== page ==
You hear them before you see them. The whirr of a motor, just discernible in your right ear over the gentle yowl of May’s post-lockdown traffic. And then, before you have time to snatch a glance over your right shoulder, one is upon you: a besuited bloke on an e-scooter (no helmet), sailing past you.
You won’t catch his face as he nips back in just ahead of your front wheel — you’re too busy huffing and puffing and really putting your glutes into it — but know it: he’s smirking as he leaves you in the dust.
There is a menace on London’s roads, and it is even worse than those pedal-powered micro-bars blasting Ke$ha and populated by stags and hens that you once used to see lumbering over London Bridge at 3pm on a Saturday (RIP).
No, the peacocking bloke on a Bird e-scooter is more insidious. He is zippy and superior; he has all the gear and an inflated idea of his own status.
As he careers over Vauxhall Bridge, sun glinting off the implacable windows of the MI6 building, he imagines himself as a Musk or Bezos or Spiegel, perhaps, as a man all the women want and all the men want to be.
Jury’s still out on the men — they’re a suggestible breed — but women certainly aren’t buying it. There is a new frontier of gender warfare emerging, and — spoiler alert — the women are losing. While they spent lockdown building bamboo bikes after seven hours of homeschooling the kids, revising for the Bikeability test, and doing wobbly practice runs in a cul de sac, certain London men — the scooter bros — spent a lot of money on a toy and then started getting in everyone else’s way.
Twitter? University campuses? The real culture war is taking place in cycle lanes and A-roads across the capital: you’re either with them, or willing on that accelerating black cab that’s in hot pursuit of their back wheel (just a little scare — nothing serious).
Contrary to the showreel running inside their heads as they sail blithely into a bus lane (Highway Code, Shmighway Code, amirite?), these men rarely have dominion over a brand-name tech company. Sure, they’ve been inside a co-working space — once — and certainly, their lightweight summer suits look pretty San Fran in the peachy dawn sunlight. But these guys are more J P Morgan than Monzo even, and the role is firmly middle management.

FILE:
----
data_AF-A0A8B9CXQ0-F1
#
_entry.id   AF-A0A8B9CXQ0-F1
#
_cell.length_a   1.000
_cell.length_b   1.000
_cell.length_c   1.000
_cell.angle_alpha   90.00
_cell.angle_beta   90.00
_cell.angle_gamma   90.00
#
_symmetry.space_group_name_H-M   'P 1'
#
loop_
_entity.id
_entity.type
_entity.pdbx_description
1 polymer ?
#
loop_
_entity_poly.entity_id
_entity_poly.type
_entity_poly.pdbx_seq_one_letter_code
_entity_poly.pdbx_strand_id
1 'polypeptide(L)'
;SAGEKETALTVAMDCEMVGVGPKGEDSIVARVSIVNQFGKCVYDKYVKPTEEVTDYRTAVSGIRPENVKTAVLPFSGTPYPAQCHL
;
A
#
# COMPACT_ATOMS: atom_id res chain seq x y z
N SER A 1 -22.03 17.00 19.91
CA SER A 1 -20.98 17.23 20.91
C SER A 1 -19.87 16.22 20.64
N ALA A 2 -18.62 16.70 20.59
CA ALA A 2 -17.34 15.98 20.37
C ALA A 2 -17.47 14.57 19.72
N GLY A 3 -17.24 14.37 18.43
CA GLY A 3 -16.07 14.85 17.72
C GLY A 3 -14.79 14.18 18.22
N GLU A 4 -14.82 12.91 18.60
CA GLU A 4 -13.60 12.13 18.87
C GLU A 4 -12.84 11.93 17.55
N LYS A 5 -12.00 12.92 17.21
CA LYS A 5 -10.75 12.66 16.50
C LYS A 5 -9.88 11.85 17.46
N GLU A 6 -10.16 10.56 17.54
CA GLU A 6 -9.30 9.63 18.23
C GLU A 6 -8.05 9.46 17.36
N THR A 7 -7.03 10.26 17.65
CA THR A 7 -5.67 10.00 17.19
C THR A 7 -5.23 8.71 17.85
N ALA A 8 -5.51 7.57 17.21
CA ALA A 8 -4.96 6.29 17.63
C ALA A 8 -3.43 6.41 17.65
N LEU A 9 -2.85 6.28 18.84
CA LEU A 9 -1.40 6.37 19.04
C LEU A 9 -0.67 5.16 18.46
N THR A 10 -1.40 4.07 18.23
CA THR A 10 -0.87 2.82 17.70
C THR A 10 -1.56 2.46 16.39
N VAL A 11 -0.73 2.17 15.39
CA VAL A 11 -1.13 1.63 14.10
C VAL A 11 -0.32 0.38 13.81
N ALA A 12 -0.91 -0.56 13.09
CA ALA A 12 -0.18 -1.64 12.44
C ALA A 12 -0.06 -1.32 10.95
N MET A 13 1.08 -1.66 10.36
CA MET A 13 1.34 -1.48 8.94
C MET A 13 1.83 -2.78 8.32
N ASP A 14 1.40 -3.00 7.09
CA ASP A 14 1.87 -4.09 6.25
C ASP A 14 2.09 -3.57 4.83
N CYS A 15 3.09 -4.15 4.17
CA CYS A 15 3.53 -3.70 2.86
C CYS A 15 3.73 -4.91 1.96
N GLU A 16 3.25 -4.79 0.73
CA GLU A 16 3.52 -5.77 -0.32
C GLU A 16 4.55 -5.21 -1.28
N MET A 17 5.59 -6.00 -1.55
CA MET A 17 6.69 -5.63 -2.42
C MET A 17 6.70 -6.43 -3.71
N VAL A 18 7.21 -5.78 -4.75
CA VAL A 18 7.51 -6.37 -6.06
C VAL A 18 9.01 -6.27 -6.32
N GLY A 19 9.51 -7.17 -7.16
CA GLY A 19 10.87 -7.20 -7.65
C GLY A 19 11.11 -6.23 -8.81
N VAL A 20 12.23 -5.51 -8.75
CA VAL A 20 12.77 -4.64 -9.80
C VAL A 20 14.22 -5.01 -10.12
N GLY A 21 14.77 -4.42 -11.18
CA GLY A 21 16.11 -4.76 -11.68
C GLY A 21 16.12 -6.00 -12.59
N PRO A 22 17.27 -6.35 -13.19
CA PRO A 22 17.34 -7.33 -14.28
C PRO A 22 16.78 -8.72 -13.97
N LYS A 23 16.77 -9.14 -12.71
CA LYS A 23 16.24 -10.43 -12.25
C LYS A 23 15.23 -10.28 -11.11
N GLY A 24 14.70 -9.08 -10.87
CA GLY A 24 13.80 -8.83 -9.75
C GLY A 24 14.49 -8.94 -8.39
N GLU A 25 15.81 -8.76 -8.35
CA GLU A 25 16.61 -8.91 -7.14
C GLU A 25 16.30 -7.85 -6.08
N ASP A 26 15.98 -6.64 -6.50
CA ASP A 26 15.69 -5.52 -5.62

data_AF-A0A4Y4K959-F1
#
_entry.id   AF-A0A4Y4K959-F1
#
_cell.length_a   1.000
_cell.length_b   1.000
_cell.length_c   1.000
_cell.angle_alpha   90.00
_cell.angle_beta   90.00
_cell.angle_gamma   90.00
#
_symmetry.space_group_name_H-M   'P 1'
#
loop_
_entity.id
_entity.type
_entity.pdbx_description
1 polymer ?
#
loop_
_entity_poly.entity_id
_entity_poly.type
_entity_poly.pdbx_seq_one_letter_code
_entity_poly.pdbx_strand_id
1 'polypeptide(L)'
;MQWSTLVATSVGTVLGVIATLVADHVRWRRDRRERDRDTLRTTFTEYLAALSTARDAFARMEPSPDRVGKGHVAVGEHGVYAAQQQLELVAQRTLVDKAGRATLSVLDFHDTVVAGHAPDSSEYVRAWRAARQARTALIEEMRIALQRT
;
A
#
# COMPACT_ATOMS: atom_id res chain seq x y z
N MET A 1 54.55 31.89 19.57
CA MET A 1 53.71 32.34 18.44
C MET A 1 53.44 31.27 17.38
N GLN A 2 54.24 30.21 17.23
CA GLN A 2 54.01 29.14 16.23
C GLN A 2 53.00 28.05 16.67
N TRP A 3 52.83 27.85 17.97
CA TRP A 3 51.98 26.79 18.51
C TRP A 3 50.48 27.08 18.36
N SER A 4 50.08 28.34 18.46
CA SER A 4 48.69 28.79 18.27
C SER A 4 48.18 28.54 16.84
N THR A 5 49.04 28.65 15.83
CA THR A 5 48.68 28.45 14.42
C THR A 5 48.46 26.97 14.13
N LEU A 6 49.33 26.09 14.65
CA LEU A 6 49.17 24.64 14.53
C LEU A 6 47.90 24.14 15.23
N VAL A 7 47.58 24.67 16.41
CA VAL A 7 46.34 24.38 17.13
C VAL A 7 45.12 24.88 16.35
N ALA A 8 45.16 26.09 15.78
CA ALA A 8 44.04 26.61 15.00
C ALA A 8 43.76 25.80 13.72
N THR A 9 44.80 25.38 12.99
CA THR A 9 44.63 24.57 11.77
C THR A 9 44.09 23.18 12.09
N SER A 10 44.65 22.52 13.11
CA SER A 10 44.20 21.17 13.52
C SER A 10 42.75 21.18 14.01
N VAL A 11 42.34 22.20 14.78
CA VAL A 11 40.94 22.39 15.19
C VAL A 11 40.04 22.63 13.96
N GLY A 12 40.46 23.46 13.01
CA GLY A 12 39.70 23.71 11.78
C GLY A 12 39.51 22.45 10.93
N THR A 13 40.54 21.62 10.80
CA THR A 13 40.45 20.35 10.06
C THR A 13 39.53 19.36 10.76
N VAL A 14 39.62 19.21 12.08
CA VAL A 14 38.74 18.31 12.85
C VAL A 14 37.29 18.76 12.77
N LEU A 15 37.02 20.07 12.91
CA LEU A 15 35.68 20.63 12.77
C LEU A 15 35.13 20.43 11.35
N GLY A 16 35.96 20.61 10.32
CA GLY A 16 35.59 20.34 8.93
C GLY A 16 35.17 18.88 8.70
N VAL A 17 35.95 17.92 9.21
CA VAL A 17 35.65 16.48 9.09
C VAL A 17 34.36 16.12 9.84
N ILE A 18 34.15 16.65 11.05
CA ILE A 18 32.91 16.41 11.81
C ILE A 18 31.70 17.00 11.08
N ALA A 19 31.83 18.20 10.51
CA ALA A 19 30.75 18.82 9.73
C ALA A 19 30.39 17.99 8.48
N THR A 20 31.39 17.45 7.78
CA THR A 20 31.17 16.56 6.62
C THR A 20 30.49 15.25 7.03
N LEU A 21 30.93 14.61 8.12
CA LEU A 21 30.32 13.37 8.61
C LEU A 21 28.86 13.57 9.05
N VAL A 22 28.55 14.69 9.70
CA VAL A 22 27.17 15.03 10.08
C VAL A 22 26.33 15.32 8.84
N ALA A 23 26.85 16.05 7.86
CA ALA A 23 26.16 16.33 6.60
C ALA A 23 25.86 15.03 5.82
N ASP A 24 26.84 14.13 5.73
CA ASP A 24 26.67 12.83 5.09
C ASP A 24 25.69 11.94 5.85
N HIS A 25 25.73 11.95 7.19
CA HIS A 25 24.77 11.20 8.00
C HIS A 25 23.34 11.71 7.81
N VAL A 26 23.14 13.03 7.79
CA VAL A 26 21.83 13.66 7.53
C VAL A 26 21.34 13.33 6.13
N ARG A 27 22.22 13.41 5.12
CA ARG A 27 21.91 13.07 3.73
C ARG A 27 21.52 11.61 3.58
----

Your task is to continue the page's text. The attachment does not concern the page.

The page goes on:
Still, on their Hinge profiles, they’ll say they “do something” in fintech. Call it what you want, the women won’t understand anyway, right guys? But it’s a job and it pays moolah — good, as this mobile status symbol costs about £800 (and can hit up to 15mph, OK?)
It is currently only legal to use hired scooters on public roads — ie companies like Bird. Still, anyone who’s spotted a few of them in quick succession — what is the collective noun? A fleet? A frat? A twat? — will note that it looks like some bros are ignoring that rule. The brands they ogle online include Xiaomi, Segway and Inokim.
Other must-have kit includes a Herschel rucksack worn a little too high up the back, bone-conduction headphones for streaming an episode of Adam Buxton on the go, and a pair of Ray-Bans (a Christmas gift from an ex), attached with a chain so they don’t fall off as the bro takes Old Street roundabout at a clip.
Species-wise, these blokes share some lineage with Mamils — aka middle-aged men in Lycra. The scooter bros are younger, less paunchy, more coiffed; still, there is a common arrogance, a common sense of liberation from normal social mores. Nonetheless it manifests rather differently in each species. For example, a Mamil will stop, crotch aloft, at a traffic light, casually rearranging their Lycra-ed testicles in full view of the other waiting cyclists. The scooter bros peacock differently, by inserting themselves at the front of the peloton of cyclists at a traffic light, while having a loud, drawling phone conversation that makes them miss it go green. Do they care? Do they hell.
Like the internal combustion engine, the scooter bros will change the roads forever. If you cannot beat them — and you can’t, no matter how hard you steel your glutes — you could join them.
Required: bravado, braggadocio and broad disdain for the rules of the road. No? It must be a male thing.